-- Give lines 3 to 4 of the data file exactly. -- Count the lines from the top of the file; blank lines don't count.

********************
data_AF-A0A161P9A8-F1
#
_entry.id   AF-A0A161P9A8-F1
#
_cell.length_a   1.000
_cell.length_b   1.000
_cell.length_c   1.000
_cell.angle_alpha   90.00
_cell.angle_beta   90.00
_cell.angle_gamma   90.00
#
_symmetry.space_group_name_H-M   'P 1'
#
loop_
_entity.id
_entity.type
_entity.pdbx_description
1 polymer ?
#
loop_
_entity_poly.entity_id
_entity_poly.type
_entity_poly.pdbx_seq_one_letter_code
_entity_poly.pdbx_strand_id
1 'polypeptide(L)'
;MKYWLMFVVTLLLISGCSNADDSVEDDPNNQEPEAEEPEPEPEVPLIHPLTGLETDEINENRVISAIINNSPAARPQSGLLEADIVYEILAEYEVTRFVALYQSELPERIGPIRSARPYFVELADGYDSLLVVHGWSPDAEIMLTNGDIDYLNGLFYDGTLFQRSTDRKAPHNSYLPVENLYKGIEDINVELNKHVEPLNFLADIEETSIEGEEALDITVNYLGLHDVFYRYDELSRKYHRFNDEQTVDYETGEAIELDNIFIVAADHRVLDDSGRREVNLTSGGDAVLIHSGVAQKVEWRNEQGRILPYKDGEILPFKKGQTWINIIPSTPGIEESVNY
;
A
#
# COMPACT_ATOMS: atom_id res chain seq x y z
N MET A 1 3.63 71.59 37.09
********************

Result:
_entry.id   AF-A0A161P9A8-F1
#